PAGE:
Sneaker resale platforms don’t want to just dress your feet, they want to dress you from head to toe.
Six-year-old resale platform GOAT launched apparel in 2019, but in the last six months, apparel sales — particularly to women — have taken off, according to CEO Eddy Lu. Apparel sales were up 500% year-over-year in the last 12 months, with women making up 40% of GOAT’s apparel customers. The growth in apparel led to a new funding round for the company, announced on Thursday. Spearheaded by Park West Asset Management, the $195 million round doubled GOAT’s valuation from $1.8 billion to $3.7 billion.
“GOAT’s combination of premier e-commerce and brick-and-mortar assets, which include the iconic GOAT and Flight Club brands, enable it to engage its global community in unique ways and capture huge market opportunities across multiple lifestyle categories. That’s while remaining authentic and true to its values,” said Tyras Bookman, portfolio manager at Park West Asset Management, in an emailed statement.
Sen Sugano, chief brand officer at GOAT, said in February that women’s apparel is growing twice as fast as men’s, thanks to launches from brands like Alexander McQueen and Versace. Those brands have worked directly with GOAT to sell new products on its site, adding to the styles that customers are reselling among themselves.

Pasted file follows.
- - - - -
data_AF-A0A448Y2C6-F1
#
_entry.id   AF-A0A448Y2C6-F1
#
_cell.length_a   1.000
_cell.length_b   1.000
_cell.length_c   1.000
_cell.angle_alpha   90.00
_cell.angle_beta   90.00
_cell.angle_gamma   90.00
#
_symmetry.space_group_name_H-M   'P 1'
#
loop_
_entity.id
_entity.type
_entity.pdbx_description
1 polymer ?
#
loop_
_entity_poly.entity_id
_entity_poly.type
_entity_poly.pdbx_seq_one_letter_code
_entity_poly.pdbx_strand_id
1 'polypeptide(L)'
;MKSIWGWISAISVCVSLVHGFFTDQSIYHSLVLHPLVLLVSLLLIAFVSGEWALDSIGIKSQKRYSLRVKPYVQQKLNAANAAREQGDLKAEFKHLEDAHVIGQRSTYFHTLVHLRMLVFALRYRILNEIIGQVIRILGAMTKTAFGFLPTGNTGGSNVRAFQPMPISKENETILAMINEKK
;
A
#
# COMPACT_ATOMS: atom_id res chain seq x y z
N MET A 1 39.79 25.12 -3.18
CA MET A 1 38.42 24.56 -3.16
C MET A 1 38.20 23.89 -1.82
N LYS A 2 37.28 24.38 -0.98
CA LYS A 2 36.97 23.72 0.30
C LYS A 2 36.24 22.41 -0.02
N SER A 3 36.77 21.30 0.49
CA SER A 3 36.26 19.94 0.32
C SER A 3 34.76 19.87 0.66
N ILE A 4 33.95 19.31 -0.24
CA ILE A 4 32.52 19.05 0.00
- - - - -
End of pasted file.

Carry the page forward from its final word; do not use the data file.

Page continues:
“There’s a lot of overlap between the sneaker customer and the apparel customer,” Sugano said. “It’s been a nice segue getting them from sneakers to apparel. And what’s been helpful is that a lot of the sneaker brands we already had, like Nike, are also collaborating with the fashion labels we want to bring in. So there’s an easy continuity there.”
StockX, GOAT’s main competitor in the streetwear resale market, has also been branching out from sneakers, led by CEO Scott Cutler who joined the company in 2019. Category diversification has been one of the main goals of the company, and it’s now selling electronics and collectibles. In terms of valuation, it’s barely edging out GOAT, with $3.8 billion compared to GOAT’s $3.7 billion.
But GOAT does have a slight advantage in gross merchandise value, or the total amount of product sold on the platform: It saw $2 billion in GMV in 2020, compared to StockX’s $1.8 billion.
As the competition between these two platforms, best known for their sneakers, grows, it’s likely that sneakers will not be the decisive battleground. GOAT’s sneaker sales grew 100% year-over-year in 2020, and StockX has seen more explosive growth in electronics sales, which launched in 2019 and grew 75x from the third quarter to the fourth quarter of 2020. Sneakers are still a big business. Total sales across the industry were $70 billion last year, and they’re expected to hit $98 billion by 2025. But apparel will be much more competitive as a growth category for these platforms.
StockX will likely continue to see growth from hard-to-find collaborations, like the Supreme x North Face jackets which were among the best-selling items on StockX in the fourth quarter of 2020. Meanwhile, Sugano said GOAT will likely continue to work directly with brands to release products straight to the platform.